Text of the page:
Two years after the historic visit, with Elizabeth having assumed the throne, Treetops burned down in what was rumoured to be an arson attack by anti-colonial Mau Mau rebels.

A new, much larger hotel was built on elevated wooden stilts on the opposite side of the watering hole to the original setting, where it still stands today. The royal visit – and the legend to go with it – made Treetops among the most famous hotels in the world.

Well-heeled guests could stay in the Princess Elizabeth Suite, peruse royal memorabilia in the dining room, or gaze upon a portrait of the Queen framed by the tusks of an elephant shot by hunters in the 1960s.

Elizabeth and Philip returned in 1983 – more formal than safari, with the Queen in a knee-length dress, the Duke in a blazer and tie – to find Treetops very much changed in the 31 years between visits.

For many years, nothing more than a plaque marked where they spent that fateful night by the watering hole.

But today it is nowhere to be seen, put in storage after Treetops closed its doors at the onset of the coronavirus pandemic.

Two years later – as the Queen prepares to mark her platinum Jubilee – it remains shut, a faded icon of a bygone era.


Here are some of the key moments that have defined Queen Elizabeth II’s 70 years on the throne.


Princess Elizabeth, then aged 25, was visiting Kenya with her husband, Prince Philip, when her father, king George VI, died aged 56 on February 6, 1952.

She cut short the trip and rushed back to Britain.


Queen Elizabeth II’s coronation did not happen until the following year. She was crowned at Westminster Abbey on June 2, 1953, in front of 8,500 assembled guests.

The ceremony was the first major televised international event and led to a surge in sales for television sets.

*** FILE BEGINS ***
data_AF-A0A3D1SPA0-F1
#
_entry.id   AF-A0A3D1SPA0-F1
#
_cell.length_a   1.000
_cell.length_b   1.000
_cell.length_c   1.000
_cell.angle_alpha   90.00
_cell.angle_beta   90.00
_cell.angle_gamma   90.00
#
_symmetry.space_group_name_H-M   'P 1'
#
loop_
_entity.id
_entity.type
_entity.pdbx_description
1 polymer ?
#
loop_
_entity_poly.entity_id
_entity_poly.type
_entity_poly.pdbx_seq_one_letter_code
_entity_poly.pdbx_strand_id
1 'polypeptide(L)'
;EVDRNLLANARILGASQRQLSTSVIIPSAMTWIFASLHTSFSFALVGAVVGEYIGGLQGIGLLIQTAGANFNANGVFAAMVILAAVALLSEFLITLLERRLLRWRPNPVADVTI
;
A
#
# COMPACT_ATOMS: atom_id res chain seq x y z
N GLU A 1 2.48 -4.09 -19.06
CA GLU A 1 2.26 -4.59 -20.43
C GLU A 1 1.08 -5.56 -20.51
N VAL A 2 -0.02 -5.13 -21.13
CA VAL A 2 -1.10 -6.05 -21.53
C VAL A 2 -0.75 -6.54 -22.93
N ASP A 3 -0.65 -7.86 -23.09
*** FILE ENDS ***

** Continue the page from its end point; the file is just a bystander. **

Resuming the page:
The Queen’s 25 years on the throne saw her reaffirm the vow of lifelong service to Britain and the Commonwealth she had made in a speech aged 21 in 1947.

She toured the country and the Commonwealth. Celebratory street parties provided some respite from the economic gloom at home, marked by industrial decline and strikes.


Celebrations for the Queen’s 50 years on the throne came in the same year as the deaths of her own mother and younger sister Margaret, and showed public support for the monarchy.

Huge crowds gathered on The Mall in central London to watch Queen guitarist Brian May play the national anthem from the roof of Buckingham Palace after a star-studded pop concert.


The Queen and other senior royals visited every region of Britain to mark her 60 years on the throne. Beacons were lit across the country, and a river pageant was held in London.

A surprise cameo for the monarch alongside James Bond actor Daniel Craig was a hit at the opening ceremony of the 2012 London Olympics.


The coronavirus pandemic forced the ageing Queen into self-isolation at Windsor, from where she made public appearances over video conference.

Prince Philip died aged 99 in April 2021, while later that year fears grew for the Queen’s own health after she spent a night in hospital and was forced to cut back her duties.